Stephen Fry on the fate of the Cambridge graduate

I have just finished the revealing and enjoyable ‘The Fry Chronicles’. An extract:

Revising finalists under chestnut trees, books and notes spread out on the grass as they smoke, drink, chatter, flirt, kiss and read. Garden parties on every lawn in every college for the first two weeks in June that are perversely designated May Week. Dining clubs and societies, dons, clubs and rich individuals serving punch and Pimm’s, beer and sangria, cocktails and champagne. Blazers and flannels, self-conscious little snobberies and affectations, flushed youth, pampered youth, privileged youth, happy youth. Don’t be too hard on them. Suppress the thought that they are all ghastly tosspots who don’t know they’re born, insufferable posers in need of a kick and a slap. Have some pity and understanding. They will get that kick and that slap soon enough. After all, look at them now. They are all in their fifties. Some of them are on their third, fourth or fifth marriage. Their children despise them. They are alcoholics or recovering alcoholics. Drug addicts or recovering drug addicts. Their wrinkled, grey, bald, furrowed and fallen faces look back every morning from the mirror, those folds of dying flesh bearing not a trace of the high, joyful and elastic smiles that once lit them. Their lives have been a ruin and a waste. All that bright promise never quite matured into anything that can be looked back on with pride or pleasure. They took that job in the City, that job with the merchant bank, stockbroker, law firm, accountancy firm, chemical company, drama company, publishing company, any company. The light and energy, the passion, fun and faith were soon snuffed out one by one. In the grind of the demanding world their foolish hopeful dreams evaporated like mist in the cruel glare of the morning sun. Sometimes the dreams return to them at night and they are so ashamed, angry and disappointed that they want to kill themselves. Once they laughed and seduced or laughed and were seduced, on ancient lawns, under ancient stones and now they hate the young and their music, they snort with contempt at everything strange and new and they have to catch their breath at the top of the stairs. … Not everyone’s life ends in misery, loneliness and failure. Of course, I know that. You’re right. But many do. The entropy and decay of age is dreadfully apparent when set next to the lyrical dream of a Cambridge May Week.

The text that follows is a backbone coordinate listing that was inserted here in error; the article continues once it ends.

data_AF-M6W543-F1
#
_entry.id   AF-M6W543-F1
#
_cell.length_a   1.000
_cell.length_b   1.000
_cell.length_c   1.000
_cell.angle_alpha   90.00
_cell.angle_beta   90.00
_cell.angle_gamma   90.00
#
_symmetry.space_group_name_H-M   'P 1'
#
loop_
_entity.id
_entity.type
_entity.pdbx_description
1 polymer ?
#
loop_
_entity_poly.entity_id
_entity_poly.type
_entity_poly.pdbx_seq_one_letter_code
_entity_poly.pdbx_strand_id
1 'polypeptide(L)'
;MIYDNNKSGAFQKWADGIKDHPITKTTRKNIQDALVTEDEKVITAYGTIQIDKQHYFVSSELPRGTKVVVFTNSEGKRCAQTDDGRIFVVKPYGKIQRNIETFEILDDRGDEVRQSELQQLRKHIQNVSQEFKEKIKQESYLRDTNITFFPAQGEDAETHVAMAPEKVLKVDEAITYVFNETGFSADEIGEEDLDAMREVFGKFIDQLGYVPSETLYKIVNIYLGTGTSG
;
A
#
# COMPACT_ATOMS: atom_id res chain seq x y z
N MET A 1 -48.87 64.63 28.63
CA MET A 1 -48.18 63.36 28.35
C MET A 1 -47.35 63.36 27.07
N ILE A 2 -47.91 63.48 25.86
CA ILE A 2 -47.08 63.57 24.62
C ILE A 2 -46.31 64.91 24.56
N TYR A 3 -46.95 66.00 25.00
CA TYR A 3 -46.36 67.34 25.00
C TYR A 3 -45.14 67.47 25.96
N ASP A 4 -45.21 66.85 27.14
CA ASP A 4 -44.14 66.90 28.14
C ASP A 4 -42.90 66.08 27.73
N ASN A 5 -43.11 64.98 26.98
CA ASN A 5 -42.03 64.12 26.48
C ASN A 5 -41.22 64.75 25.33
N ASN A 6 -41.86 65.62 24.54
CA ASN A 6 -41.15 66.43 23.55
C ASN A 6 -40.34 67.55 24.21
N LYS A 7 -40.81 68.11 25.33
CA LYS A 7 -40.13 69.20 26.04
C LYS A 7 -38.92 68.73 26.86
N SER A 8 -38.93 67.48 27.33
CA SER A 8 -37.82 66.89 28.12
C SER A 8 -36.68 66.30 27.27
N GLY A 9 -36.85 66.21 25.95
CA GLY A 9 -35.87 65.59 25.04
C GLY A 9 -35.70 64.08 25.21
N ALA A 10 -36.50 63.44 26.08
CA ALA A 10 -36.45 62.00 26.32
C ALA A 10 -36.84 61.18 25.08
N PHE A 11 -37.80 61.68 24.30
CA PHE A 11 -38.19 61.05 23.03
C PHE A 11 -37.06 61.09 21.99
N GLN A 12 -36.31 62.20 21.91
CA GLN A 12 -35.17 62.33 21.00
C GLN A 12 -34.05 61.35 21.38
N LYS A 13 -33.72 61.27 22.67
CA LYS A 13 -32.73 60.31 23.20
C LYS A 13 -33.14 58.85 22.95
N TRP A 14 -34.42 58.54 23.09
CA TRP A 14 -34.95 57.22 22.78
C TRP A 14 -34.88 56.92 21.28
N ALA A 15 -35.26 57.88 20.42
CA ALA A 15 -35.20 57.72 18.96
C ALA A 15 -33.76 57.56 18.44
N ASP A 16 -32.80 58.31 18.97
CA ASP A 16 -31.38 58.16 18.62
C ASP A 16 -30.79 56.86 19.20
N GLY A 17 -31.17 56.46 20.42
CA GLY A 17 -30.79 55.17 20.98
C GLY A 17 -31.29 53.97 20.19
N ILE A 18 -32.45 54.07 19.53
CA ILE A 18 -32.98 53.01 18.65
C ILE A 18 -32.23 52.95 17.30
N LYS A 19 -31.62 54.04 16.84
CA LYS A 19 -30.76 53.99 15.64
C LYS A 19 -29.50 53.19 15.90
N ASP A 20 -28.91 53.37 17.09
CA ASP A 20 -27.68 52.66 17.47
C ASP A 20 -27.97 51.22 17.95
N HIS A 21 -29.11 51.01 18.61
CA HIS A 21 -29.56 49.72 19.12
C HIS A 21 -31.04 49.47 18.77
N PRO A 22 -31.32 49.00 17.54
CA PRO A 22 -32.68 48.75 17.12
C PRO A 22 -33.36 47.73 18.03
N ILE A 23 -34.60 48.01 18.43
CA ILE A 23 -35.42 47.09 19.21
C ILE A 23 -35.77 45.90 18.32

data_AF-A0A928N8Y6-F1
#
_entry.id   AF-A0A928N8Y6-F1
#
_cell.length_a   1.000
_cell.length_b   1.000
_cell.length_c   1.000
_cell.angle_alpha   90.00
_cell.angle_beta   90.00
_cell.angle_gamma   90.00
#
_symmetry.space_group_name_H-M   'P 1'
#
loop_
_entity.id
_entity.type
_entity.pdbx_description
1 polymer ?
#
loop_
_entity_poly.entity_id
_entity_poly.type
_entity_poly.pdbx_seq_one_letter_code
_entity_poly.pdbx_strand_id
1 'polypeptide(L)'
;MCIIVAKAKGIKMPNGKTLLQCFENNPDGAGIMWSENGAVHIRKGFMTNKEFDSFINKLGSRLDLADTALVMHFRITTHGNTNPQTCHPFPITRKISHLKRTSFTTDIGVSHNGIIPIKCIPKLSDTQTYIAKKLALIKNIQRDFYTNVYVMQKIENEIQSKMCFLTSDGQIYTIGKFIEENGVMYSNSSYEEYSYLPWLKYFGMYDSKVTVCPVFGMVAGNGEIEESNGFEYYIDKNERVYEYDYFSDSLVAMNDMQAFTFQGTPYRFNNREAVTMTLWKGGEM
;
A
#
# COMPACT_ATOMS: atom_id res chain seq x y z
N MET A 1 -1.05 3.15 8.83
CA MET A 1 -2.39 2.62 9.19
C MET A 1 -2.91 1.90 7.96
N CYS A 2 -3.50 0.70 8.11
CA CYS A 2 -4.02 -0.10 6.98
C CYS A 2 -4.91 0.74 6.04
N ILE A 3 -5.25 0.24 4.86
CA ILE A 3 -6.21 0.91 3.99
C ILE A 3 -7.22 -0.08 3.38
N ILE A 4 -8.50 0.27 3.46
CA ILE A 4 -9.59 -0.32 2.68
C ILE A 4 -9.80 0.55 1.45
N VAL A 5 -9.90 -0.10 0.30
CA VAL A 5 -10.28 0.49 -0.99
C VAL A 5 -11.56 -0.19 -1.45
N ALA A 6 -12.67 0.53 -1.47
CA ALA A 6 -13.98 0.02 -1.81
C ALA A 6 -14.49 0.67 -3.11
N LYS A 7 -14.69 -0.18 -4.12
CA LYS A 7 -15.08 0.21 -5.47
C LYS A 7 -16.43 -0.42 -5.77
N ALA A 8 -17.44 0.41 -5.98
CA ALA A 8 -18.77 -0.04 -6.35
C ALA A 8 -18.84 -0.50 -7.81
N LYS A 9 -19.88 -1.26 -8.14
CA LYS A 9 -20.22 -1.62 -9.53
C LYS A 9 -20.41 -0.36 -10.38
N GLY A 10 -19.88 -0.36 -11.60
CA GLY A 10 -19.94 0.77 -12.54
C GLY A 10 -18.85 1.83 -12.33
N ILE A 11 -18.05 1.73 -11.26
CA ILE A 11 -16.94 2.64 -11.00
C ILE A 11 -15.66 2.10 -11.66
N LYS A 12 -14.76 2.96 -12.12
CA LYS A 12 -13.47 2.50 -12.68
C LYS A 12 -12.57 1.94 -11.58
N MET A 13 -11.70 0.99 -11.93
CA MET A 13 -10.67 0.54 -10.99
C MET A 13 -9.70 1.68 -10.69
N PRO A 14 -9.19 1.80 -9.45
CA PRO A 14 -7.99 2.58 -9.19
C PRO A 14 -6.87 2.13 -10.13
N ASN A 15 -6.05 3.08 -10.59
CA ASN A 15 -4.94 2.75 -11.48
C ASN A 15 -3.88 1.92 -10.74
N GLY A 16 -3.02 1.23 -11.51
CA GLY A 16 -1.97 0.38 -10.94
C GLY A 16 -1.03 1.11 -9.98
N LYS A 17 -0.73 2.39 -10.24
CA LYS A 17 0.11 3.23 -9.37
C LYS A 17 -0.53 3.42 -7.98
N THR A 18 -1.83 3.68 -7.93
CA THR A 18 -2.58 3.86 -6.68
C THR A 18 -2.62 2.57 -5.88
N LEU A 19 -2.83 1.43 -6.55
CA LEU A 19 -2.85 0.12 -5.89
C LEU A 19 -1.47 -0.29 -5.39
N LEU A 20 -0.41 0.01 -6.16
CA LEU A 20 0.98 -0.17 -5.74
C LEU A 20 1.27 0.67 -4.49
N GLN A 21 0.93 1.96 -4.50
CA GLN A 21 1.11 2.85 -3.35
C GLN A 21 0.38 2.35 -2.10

Look after yourself, Cambridge graduate or not.

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